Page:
7. Concentrate on drinking the water
      without getting any of the herbs in your
    8. Drink a glass of carbonated water very
      quickly. Burp a lot. Repeat this process
      until your hiccups go away (or until you get
      tired of burping.)
    9. Place a pencil horizontally between your
      teeth and try to drink a full glass of water
      without removing it.
      Distract Your Vagas
      There are several good methods for curing
      hiccups which involve stimulating the vagas
      nerve in order to distract it and hopefully
      stop the spasms.
    10. Tickle the roof of your mouth with a
      cotton swab.
    11. Gently draw a toothpick along the roof
      of your mouth.
    12. Put your fingers in your ears and wiggle
      them around.
    13. Breath in as far as you can and hold it.
      Then stick out your tongue and tug on it.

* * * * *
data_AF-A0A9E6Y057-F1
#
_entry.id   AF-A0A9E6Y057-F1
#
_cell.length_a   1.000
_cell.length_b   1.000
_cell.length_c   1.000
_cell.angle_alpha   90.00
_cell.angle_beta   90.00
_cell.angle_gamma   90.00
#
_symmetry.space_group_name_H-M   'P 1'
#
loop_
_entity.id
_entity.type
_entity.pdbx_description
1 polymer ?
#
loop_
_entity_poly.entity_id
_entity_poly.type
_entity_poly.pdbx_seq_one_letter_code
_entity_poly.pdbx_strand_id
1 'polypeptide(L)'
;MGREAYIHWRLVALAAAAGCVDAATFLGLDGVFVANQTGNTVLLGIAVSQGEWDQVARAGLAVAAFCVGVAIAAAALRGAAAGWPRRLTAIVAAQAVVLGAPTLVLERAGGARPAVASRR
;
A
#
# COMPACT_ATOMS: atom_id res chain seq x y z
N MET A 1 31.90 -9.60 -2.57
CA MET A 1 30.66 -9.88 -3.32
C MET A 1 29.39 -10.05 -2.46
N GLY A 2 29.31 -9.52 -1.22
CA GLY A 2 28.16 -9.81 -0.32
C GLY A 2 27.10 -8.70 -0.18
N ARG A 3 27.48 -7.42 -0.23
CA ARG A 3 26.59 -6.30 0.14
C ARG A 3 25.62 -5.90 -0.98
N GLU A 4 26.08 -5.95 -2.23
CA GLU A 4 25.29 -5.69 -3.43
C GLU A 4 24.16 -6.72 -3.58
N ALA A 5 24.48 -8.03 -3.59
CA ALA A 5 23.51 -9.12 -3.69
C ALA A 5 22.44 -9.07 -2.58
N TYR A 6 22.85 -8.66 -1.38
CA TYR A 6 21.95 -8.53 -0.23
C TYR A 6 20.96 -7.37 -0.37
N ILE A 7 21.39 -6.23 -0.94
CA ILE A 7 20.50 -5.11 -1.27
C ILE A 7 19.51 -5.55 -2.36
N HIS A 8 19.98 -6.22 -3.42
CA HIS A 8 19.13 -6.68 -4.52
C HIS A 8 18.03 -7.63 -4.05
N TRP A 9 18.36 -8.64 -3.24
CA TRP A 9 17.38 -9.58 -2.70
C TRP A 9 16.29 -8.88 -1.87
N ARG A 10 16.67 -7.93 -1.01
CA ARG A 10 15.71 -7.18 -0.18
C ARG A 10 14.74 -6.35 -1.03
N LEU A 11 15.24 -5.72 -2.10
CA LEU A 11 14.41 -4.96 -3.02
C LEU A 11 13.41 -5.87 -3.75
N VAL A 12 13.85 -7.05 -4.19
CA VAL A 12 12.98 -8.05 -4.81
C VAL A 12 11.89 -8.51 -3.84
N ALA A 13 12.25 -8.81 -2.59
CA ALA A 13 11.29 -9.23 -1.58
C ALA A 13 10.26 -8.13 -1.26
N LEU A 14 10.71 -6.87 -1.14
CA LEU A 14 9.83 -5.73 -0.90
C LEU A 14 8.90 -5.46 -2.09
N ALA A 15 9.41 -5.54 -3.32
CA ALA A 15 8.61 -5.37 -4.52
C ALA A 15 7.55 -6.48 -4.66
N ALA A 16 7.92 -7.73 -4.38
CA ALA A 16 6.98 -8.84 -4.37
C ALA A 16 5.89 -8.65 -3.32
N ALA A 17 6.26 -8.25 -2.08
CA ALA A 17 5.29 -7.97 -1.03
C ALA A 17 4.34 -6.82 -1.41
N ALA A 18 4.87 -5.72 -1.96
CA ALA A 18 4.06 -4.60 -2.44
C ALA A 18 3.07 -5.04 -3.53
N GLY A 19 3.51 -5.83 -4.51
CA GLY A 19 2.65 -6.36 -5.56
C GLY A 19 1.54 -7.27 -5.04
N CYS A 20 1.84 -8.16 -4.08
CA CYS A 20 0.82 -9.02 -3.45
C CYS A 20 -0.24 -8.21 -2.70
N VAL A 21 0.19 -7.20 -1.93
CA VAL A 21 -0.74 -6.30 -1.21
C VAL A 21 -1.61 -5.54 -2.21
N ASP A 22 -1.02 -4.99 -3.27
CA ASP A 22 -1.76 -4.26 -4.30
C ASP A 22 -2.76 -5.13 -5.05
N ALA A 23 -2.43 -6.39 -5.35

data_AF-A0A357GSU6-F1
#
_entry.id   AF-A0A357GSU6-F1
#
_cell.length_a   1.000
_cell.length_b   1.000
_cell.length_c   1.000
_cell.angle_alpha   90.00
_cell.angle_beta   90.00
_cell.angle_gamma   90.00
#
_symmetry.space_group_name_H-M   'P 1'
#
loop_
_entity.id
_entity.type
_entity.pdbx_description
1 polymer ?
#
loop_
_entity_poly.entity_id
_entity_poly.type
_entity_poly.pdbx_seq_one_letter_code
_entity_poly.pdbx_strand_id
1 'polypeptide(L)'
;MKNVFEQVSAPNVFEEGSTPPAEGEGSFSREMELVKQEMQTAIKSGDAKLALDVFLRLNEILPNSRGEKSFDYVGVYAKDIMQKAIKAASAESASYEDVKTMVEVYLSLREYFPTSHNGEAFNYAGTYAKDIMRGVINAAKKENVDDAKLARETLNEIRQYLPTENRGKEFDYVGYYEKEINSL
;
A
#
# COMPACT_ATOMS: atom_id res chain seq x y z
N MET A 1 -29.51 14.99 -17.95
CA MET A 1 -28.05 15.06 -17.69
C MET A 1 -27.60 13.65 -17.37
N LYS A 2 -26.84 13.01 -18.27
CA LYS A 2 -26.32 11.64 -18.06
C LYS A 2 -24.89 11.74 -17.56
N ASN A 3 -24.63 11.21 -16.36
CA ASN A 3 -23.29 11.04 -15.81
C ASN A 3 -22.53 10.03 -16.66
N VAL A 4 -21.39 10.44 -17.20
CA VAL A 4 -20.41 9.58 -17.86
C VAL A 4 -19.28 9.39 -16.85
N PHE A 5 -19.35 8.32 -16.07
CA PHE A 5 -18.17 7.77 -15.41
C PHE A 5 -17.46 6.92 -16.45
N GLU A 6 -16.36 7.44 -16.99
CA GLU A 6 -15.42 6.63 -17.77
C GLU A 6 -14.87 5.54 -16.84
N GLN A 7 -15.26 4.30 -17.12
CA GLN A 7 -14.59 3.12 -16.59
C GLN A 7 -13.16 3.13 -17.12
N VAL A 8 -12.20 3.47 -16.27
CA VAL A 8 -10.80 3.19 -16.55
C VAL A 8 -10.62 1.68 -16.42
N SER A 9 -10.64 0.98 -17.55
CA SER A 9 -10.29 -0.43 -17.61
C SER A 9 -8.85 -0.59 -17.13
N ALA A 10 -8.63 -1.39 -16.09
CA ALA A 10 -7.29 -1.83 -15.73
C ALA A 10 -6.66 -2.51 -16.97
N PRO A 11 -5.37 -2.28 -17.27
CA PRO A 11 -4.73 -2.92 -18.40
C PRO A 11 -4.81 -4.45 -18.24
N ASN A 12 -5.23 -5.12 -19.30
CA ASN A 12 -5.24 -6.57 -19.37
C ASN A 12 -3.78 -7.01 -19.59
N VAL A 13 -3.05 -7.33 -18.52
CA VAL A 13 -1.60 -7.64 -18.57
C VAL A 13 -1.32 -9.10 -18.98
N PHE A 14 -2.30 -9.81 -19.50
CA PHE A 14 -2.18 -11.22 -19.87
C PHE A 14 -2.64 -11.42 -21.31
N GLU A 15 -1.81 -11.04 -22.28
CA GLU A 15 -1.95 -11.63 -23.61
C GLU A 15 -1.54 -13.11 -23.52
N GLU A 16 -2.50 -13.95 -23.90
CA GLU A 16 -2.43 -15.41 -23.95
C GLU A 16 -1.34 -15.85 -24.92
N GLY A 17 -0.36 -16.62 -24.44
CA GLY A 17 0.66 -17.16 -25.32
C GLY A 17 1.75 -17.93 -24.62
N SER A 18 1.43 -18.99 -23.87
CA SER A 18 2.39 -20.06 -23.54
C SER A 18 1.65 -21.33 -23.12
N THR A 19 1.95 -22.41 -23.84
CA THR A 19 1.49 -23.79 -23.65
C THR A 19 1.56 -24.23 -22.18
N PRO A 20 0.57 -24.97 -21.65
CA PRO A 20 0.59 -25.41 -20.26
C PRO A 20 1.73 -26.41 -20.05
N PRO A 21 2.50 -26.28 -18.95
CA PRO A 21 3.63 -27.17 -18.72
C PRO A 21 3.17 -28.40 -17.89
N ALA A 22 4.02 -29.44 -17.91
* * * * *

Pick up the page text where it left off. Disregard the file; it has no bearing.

14. Stretch your face muscles by perform
      the Lion’s Breath yoga pose.
      Use Pressure Points
      There are six possible pressure points which
      you can activate in order to stop hiccup
      spasms. Apply gentle pressure to any of
      these areas of the body:
    15. The hollow at the base of the throat,
      between the collarbones.
    16. Below the collarbones to either side of
      the breastbone.
    17. About two inches above and an inch
      inward from the crease of your armpit.
      Pulling your arm in close to your body will
      cause a muscle to flex at this location.
    18. The small indentation about an inch or
      so from the bottom of the breastbone.
    19. At the bottom edge of the rib cage
      where the ninth rib cartilage connects to the
      eighth rib.
    20. The small hollow just behind the ear
      Breathing Exercises
      Use these tricks to alter your breathing
      pattern and force your diaphragm to stop
    21. Draw in as much air as you can, then
      breath in a little bit more. Push your
      stomach out as far as you can and hold
      your breath for about twenty seconds.
      Then breath out slowly and count
      backwards from twenty. Repeat this three
      or four times.
    22. Open your mouth as wide as you can
      and hold it that way for at least twenty
      seconds. If you need to swallow, try to do
      so without closing your mouth.
    23. Breath into a small brown paper bag.
      The increase in carbon-dioxide in your